The Indian stock market has had an incredible run as of late, up over 25% in the past 7 months. But under the hood, all may not be well, and India has the makings of a country heading toward its worst crisis since former Finance Minster (now Prime Minister) Manmohan Singh's early 1990's economic liberalization ushered two decades of prosperity.
Technically speaking, despite the sharp rally, India remains in a longer-term downtrend against Emerging Markets as a whole. Why are we seeing this?
First, India has faced a pervasive inflation problem since strong inflationary pressures hit the Rupee during the global slowdown of 2011, forcing a tight monetary policy regime by the Reserve Bank of India. One of the reasons for the market rally has been the belief that inflation has been tamed in India. At first glance this appears to be so.
Figure: India Wholesale Inflation YoY
Short-term bond markets are also signaling further monetary easing, which of course has lathered up the bulls.
Figure: INR 3 month T-Bill
What makes India ripe as a short is its continued reliance for foreign capital. This factor has actually gotten worse since the mini crisis in 2011. India is the quintessential poster boy for hot money flows by global investors. When investors are starved for yield, as they are now, high-yielding countries like India benefit. But when the money comes out, countries that require outside capital have little to no defense. Remember Iceland?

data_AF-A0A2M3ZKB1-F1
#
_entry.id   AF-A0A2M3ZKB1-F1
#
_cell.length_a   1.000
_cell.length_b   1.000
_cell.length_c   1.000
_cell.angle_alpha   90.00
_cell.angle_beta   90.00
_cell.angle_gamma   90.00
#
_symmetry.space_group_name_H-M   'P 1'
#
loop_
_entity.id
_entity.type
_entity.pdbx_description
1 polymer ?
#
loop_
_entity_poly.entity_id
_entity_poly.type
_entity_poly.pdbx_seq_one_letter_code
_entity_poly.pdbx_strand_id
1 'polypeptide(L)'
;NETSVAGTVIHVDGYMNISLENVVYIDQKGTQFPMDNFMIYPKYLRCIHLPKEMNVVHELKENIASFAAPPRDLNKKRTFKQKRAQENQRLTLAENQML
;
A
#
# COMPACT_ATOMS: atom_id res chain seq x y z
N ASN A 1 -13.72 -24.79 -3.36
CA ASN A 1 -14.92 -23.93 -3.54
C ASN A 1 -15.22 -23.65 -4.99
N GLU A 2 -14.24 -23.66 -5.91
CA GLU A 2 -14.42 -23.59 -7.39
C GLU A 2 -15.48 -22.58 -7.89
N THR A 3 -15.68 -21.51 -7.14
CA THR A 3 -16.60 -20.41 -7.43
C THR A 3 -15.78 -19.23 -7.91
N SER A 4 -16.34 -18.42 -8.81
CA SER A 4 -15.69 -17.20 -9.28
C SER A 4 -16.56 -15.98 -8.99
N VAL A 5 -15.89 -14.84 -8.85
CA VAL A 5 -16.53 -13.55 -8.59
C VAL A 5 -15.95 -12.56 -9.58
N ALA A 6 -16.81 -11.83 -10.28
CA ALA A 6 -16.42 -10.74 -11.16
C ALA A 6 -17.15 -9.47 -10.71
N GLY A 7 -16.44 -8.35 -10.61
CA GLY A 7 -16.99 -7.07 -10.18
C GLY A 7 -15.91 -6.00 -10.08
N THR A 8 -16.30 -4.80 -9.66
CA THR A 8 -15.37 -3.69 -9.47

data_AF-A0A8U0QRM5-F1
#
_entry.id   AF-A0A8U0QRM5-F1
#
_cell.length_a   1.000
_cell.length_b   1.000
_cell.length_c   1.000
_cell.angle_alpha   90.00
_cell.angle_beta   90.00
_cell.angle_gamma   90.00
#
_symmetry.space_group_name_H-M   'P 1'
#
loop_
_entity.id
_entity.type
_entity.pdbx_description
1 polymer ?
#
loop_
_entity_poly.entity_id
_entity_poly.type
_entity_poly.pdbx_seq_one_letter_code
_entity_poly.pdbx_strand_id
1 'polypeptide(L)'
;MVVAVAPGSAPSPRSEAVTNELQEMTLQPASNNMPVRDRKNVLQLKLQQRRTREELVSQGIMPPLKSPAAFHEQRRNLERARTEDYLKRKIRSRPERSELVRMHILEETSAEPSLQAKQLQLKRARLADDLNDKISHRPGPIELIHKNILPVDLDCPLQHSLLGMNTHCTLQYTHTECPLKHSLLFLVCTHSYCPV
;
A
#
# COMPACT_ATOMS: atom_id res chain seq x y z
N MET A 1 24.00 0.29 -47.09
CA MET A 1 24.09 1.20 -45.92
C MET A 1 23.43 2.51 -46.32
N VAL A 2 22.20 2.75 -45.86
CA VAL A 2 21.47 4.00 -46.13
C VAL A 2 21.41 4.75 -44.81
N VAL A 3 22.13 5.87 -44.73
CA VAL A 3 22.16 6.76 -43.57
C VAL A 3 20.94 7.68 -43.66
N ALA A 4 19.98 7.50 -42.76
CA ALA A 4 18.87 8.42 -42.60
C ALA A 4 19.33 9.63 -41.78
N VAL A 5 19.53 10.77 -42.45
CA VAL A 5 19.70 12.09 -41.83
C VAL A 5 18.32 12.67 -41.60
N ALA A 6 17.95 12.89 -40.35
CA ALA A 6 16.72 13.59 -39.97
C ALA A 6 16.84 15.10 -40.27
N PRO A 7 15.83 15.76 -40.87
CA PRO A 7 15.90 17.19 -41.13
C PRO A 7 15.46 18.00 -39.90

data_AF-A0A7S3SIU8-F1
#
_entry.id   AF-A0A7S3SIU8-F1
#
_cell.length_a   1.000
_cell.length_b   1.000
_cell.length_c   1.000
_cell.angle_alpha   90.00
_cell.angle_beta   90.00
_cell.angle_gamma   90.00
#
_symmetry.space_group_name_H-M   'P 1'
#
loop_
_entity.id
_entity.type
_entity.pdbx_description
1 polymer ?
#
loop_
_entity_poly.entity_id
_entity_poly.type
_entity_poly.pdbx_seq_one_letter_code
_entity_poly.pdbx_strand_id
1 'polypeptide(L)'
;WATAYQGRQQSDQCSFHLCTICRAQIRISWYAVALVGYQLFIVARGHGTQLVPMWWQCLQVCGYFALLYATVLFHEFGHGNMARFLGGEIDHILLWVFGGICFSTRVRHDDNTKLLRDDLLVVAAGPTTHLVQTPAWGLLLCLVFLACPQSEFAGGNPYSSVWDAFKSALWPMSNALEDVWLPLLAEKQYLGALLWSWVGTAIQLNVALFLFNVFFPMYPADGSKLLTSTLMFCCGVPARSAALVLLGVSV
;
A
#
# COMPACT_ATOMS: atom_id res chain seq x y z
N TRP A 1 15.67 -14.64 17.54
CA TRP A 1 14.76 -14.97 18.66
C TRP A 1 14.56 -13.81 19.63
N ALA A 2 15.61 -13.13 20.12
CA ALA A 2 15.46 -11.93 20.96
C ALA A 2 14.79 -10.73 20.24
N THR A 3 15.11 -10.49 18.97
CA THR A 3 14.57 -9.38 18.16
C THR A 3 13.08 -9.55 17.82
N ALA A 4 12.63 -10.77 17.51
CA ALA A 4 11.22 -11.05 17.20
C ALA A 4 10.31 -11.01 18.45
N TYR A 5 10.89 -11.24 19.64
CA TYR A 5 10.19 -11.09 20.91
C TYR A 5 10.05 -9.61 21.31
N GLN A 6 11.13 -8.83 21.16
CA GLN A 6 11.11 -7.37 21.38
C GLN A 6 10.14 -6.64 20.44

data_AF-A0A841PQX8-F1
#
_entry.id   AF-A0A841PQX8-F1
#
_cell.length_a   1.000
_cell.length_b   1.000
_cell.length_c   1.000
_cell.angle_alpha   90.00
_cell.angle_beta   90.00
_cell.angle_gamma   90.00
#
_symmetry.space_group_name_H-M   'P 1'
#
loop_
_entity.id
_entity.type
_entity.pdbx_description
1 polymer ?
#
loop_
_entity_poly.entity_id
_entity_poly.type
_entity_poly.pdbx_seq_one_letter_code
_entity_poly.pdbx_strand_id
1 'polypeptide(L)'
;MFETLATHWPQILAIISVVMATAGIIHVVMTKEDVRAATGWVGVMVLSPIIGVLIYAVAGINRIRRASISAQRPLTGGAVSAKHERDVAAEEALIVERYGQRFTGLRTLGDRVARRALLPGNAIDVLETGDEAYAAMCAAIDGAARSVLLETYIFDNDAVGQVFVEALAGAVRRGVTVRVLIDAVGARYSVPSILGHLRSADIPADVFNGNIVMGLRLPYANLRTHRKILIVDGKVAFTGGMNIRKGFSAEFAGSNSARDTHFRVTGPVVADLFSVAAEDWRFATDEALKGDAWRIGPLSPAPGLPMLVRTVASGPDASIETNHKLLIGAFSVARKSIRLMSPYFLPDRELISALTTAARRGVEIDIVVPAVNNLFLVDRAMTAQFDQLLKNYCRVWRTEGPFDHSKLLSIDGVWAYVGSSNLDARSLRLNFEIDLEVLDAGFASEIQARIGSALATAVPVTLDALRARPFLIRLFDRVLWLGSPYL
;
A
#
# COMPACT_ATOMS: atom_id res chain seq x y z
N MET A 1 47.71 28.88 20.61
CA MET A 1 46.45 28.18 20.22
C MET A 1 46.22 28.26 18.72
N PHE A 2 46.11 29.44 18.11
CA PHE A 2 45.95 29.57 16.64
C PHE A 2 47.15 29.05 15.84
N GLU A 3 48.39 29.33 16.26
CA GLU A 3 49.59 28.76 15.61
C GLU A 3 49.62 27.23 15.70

Figure: India Current Account Deficit
Every trade needs a catalyst. With India, it's going to be an increase in inflation expectations, which would likely need to be catalyzed by strong economic growth, an increase in inflation expectations - or both. Admittedly, just looking at the CRB index as an inflation proxy, we don't have that yet, but we also no longer have systemic bleeding as we have had since mid-2011 and that's a big deal when we're discussing what is arguably one of the most vulnerable macroeconomies around.
Thus, given India's unresolved and damaged fundamentals from the 2011 crisis, an Indian short provides a strong asymmetric hedge to investors looking to short what I believe is a final hurrah in the global equity bull market. Should inflation expectations pick up, which I expect later this year, the short should become a profit center. Shorting India is easy these days and can easily be executed in U.S. markets through the popular ETFs, INDY and INP.